Portraits with the Hermagis Eidoscope

I think I wrote previously about the Hermagis Eidoscope soft-focus portrait lens I have on loan. Here are some results from it. As the lens is on loan to me and not mine, I have not sent it off to have replacement waterhouse stops made for it. It was expensive enough modifying my camera to fit the lens – I don’t want to spend more money on accessories for a lens I’ll have to return. That said, as the only waterhouse stop I have for the lens is the wide-open f5 stop, that’s the only one I’ve been using. It’s not only the maximum amount of light but also the maximum soft-focus effect. I’ve been told that if you stop the Eidoscope down past f8, it becomes a much more regular, sharp lens. But this is what you want to see with this lens anyway – the soft-and-fuzzies.

Wanchuk, close-up
Wanchuk, close-up

I know the lens is flattering to women – I did not know if it would be too much for male portraiture though. I think my example here bears out the fact that it works well for both genders. Here is another portrait of my friend Wanchuk, this time a half-length shot with a different outfit. The soft-focus glow is especially apparent in this image, with the bright denim jacket giving lots of flare around the cuffs of the sleeves.

Wanchuk, denim jacket
Wanchuk, denim jacket

These were shot on Ilford FP4+, with the lighting being just one 1000w Fresnel tungsten lamp and a silver reflector. I bought a pair of these cheap Chinese knockoffs of ARRI fresnel lights ($125/ea as opposed to more like $600/ea for the ARRI lights) for the purpose of teaching my large format photography class. Since I had a need for something that would work without needing electronic synchronization (the Hermagis has no shutter, therefore no flash sync), I broke the fresnels out again for this lens test. Proof positive that you don’t have to have massive, fancy, expensive strobe lighting setups to create great portraits. That said, I wouldn’t try this with my 14×17 using hot lights – there’s just not enough light to be had without literally cooking both subject and photographer.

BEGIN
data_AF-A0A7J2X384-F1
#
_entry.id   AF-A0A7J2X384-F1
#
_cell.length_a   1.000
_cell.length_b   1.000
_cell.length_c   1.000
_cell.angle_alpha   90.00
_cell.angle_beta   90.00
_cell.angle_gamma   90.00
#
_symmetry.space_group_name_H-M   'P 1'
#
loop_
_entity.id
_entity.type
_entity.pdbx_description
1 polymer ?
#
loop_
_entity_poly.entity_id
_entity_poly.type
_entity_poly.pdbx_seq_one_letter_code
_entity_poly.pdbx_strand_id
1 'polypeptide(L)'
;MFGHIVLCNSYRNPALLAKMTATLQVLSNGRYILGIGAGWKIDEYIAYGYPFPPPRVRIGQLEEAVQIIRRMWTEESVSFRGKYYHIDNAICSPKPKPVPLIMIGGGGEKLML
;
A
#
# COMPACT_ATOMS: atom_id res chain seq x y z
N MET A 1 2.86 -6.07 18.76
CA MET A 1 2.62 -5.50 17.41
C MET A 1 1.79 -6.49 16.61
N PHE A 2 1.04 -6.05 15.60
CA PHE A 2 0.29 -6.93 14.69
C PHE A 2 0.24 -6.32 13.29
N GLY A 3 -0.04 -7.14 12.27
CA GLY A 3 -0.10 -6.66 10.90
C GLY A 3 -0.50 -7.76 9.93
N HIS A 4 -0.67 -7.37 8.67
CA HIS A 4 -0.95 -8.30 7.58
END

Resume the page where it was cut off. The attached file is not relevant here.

As I mentioned previously, the Hermagis Eidoscope does not have a shutter in addition to not having an iris diaphragm for the aperture control, so I used a pair of spare dark slides from an old 5×7 film holder, held in a V configuration, as the shutter. I was able to pull off a roughly 1/30th second shutter speed by keeping the gap between the dark slides relatively modest (about a 20 degree wedge). Eventually I’ll print these in platinum/palladium.

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